The subclavian arteries are two major arteries of the upper chest, below the collar bone, that come from the arch of the aorta. The left subclavian artery supplies blood to the left arm and the right subclavian artery supplies blood to the right arm, with some branches supplying blood to the head and chest. A history of smoking, high blood pressure, lower levels of 'good' (high density lipoprotein) cholesterol and peripheral arterial disease are associated with an increased risk of subclavian artery narrowing or stenosis. Subclavian artery stenosis is often without symptoms. Symptoms when they occur include short-lasting vertigo, commonly described as the environment spinning, due to decreased blood flow in the back part of the brain and blood circulation problems in the hands and arms.
Endovascular treatment for stenosis of the subclavian arteries includes angioplasty alone and with stenting. We could not find any randomised controlled trials in the medical literature that compared the effectiveness and safety of stent implantation with angioplasty alone for treatment of subclavian artery lesions. We conclude that there is currently insufficient evidence to determine whether stenting is more effective than angioplasty alone.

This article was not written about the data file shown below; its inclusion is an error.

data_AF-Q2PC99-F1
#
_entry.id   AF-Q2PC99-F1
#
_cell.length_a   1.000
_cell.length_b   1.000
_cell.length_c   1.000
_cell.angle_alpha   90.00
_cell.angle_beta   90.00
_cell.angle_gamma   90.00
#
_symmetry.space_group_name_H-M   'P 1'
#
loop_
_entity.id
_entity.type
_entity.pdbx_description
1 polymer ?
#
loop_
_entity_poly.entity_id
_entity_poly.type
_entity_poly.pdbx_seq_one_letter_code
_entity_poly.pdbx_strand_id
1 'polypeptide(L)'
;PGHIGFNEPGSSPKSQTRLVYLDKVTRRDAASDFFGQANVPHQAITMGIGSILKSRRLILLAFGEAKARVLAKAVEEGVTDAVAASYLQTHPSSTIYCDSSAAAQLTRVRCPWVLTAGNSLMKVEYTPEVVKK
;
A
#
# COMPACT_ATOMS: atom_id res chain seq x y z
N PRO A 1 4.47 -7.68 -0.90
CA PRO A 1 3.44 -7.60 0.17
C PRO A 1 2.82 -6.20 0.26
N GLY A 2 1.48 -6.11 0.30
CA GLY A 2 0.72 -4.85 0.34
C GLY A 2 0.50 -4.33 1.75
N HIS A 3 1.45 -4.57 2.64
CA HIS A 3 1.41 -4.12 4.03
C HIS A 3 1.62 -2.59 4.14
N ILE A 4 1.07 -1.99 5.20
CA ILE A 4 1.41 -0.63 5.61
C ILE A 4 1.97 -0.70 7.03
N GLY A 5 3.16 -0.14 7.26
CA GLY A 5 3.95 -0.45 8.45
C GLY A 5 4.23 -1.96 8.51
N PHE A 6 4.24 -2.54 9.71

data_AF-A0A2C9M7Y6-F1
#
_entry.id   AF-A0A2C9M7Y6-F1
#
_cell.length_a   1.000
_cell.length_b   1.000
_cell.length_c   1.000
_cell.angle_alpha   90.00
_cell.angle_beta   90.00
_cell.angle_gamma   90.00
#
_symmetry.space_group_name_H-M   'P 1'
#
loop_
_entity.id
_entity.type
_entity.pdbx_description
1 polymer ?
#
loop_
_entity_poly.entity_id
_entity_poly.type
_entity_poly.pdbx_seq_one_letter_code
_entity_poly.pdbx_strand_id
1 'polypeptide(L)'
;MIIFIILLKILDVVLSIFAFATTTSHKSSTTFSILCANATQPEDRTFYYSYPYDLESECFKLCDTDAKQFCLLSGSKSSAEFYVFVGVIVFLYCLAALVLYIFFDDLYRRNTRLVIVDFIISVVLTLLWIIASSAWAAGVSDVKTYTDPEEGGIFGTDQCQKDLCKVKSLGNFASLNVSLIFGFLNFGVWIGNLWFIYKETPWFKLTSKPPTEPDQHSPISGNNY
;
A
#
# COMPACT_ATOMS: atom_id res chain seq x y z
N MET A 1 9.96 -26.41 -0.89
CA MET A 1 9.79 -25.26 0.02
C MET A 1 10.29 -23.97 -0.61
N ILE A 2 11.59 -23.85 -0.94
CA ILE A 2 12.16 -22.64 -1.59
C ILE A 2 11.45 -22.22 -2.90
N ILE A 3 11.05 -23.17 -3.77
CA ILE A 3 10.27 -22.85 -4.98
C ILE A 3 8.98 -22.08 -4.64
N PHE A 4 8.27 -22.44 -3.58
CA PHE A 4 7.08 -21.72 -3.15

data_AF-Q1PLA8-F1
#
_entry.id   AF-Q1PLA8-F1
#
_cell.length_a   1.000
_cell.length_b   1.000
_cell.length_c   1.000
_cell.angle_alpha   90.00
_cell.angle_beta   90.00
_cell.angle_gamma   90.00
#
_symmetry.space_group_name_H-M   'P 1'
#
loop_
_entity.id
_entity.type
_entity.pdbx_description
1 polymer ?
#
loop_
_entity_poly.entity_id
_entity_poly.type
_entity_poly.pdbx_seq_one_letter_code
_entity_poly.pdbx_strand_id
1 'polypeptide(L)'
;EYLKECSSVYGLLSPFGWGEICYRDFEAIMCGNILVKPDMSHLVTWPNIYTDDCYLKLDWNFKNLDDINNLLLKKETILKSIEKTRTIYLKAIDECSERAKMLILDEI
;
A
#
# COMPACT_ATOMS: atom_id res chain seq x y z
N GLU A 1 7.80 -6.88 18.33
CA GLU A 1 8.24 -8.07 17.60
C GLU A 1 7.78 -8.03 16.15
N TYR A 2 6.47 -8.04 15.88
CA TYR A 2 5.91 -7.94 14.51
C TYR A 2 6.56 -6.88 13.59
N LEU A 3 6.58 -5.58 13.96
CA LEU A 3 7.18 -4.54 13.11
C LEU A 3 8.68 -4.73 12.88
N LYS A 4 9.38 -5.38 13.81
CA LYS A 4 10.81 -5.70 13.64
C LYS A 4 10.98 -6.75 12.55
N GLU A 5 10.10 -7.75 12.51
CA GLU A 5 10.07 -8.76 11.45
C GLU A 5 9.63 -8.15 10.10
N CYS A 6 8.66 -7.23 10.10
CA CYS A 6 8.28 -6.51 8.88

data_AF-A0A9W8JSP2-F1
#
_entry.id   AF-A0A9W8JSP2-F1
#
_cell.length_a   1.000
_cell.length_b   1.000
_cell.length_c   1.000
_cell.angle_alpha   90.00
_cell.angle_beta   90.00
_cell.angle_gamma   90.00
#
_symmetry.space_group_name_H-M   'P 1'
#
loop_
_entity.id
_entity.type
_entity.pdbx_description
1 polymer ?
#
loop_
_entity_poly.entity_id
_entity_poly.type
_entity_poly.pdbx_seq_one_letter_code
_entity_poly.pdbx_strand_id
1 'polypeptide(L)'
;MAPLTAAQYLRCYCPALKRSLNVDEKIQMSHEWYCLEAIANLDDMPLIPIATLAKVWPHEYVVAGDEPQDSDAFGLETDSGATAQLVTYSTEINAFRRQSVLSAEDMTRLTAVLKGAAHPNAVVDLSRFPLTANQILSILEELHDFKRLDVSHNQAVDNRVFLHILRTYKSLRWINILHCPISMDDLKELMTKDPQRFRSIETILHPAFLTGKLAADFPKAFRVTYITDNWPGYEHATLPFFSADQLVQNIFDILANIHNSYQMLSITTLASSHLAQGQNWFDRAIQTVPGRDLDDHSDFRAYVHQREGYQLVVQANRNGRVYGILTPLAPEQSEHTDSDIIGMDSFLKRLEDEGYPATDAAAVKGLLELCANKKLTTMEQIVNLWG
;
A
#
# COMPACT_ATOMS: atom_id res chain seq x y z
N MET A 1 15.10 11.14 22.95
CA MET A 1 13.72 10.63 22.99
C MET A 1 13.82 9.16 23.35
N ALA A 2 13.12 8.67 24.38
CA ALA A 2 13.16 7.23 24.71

There is currently insufficient evidence to determine whether stenting is more effective than angioplasty alone for stenosis of the subclavian artery.
There is insufficient evidence to guide stent usage following angioplasty in subclavian artery stenosis. This is an update of a review first published in 2011.
The aim of this review was to determine whether stenting is more effective than angioplasty alone for stenosis of the subclavian artery.
For this update the Cochrane Peripheral Vascular Diseases Group Trials Search Co-ordinator searched the Specialised Register (last searched February 2014) and CENTRAL (2014, Issue 1). There was no restriction on language.
Randomised controlled trials of endovascular treatment of subclavian artery lesions comparing angioplasty alone and stent implantation.
Two authors independently evaluated studies to assess eligibility. Discrepancies were resolved by discussion. If there was no agreement, the third author was asked to assess the study for inclusion.
To date we have not identified any completed or ongoing randomised controlled trials comparing percutaneous transluminal angioplasty and stenting for subclavian artery stenosis.